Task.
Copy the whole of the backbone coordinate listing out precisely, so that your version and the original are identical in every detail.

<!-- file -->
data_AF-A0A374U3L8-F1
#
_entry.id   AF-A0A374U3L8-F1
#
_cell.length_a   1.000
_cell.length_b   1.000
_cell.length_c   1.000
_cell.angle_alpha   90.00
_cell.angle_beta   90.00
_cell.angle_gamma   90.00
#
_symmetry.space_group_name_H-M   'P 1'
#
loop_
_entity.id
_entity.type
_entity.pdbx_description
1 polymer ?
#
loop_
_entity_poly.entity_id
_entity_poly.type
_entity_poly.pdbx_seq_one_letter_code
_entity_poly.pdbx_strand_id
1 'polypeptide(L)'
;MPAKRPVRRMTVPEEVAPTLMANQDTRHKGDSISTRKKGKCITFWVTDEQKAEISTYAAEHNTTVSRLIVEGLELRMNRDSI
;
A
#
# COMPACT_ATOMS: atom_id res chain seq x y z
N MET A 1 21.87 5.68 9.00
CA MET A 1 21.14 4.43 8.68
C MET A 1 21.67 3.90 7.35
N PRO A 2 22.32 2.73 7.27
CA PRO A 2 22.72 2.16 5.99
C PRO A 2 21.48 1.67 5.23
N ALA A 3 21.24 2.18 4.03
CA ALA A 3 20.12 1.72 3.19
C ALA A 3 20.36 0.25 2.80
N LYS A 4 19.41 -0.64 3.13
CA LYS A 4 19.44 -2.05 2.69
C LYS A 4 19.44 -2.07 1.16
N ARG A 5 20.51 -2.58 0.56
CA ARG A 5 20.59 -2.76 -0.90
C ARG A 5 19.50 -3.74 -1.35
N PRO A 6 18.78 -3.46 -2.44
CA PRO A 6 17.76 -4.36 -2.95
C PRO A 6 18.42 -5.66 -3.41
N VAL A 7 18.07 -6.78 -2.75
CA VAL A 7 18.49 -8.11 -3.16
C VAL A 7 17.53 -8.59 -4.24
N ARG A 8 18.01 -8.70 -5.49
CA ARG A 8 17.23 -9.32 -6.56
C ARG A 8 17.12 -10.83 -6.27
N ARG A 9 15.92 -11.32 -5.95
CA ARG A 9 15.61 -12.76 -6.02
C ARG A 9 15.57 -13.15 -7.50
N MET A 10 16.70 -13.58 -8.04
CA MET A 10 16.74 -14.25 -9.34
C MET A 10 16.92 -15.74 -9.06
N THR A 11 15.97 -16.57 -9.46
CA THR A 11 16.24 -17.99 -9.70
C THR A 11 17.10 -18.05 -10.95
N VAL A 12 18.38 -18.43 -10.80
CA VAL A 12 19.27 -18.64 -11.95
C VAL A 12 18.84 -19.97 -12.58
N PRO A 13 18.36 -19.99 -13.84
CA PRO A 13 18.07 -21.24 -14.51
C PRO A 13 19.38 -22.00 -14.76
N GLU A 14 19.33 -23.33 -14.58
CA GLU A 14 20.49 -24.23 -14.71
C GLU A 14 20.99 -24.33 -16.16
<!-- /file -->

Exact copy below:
data_AF-A0A374U3L8-F1
#
_entry.id   AF-A0A374U3L8-F1
#
_cell.length_a   1.000
_cell.length_b   1.000
_cell.length_c   1.000
_cell.angle_alpha   90.00
_cell.angle_beta   90.00
_cell.angle_gamma   90.00
#
_symmetry.space_group_name_H-M   'P 1'
#
loop_
_entity.id
_entity.type
_entity.pdbx_description
1 polymer ?
#
loop_
_entity_poly.entity_id
_entity_poly.type
_entity_poly.pdbx_seq_one_letter_code
_entity_poly.pdbx_strand_id
1 'polypeptide(L)'
;MPAKRPVRRMTVPEEVAPTLMANQDTRHKGDSISTRKKGKCITFWVTDEQKAEISTYAAEHNTTVSRLIVEGLELRMNRDSI
;
A
#
# COMPACT_ATOMS: atom_id res chain seq x y z
N MET A 1 21.87 5.68 9.00
CA MET A 1 21.14 4.43 8.68
C MET A 1 21.67 3.90 7.35
N PRO A 2 22.32 2.73 7.27
CA PRO A 2 22.72 2.16 5.99
C PRO A 2 21.48 1.67 5.23
N ALA A 3 21.24 2.18 4.03
CA ALA A 3 20.12 1.72 3.19
C ALA A 3 20.36 0.25 2.80
N LYS A 4 19.41 -0.64 3.13
CA LYS A 4 19.44 -2.05 2.69
C LYS A 4 19.44 -2.07 1.16
N ARG A 5 20.51 -2.58 0.56
CA ARG A 5 20.59 -2.76 -0.90
C ARG A 5 19.50 -3.74 -1.35
N PRO A 6 18.78 -3.46 -2.44
CA PRO A 6 17.76 -4.36 -2.95
C PRO A 6 18.42 -5.66 -3.41
N VAL A 7 18.07 -6.78 -2.75
CA VAL A 7 18.49 -8.11 -3.16
C VAL A 7 17.53 -8.59 -4.24
N ARG A 8 18.01 -8.70 -5.49
CA ARG A 8 17.23 -9.32 -6.56
C ARG A 8 17.12 -10.83 -6.27
N ARG A 9 15.92 -11.32 -5.95
CA ARG A 9 15.61 -12.76 -6.02
C ARG A 9 15.57 -13.15 -7.50
N MET A 10 16.70 -13.58 -8.04
CA MET A 10 16.74 -14.25 -9.34
C MET A 10 16.92 -15.74 -9.06
N THR A 11 15.97 -16.57 -9.46
CA THR A 11 16.24 -17.99 -9.70
C THR A 11 17.10 -18.05 -10.95
N VAL A 12 18.38 -18.43 -10.80
CA VAL A 12 19.27 -18.64 -11.95
C VAL A 12 18.84 -19.97 -12.58
N PRO A 13 18.36 -19.99 -13.84
CA PRO A 13 18.07 -21.24 -14.51
C PRO A 13 19.38 -22.00 -14.76
N GLU A 14 19.33 -23.33 -14.58
CA GLU A 14 20.49 -24.23 -14.71
C GLU A 14 20.99 -24.33 -16.16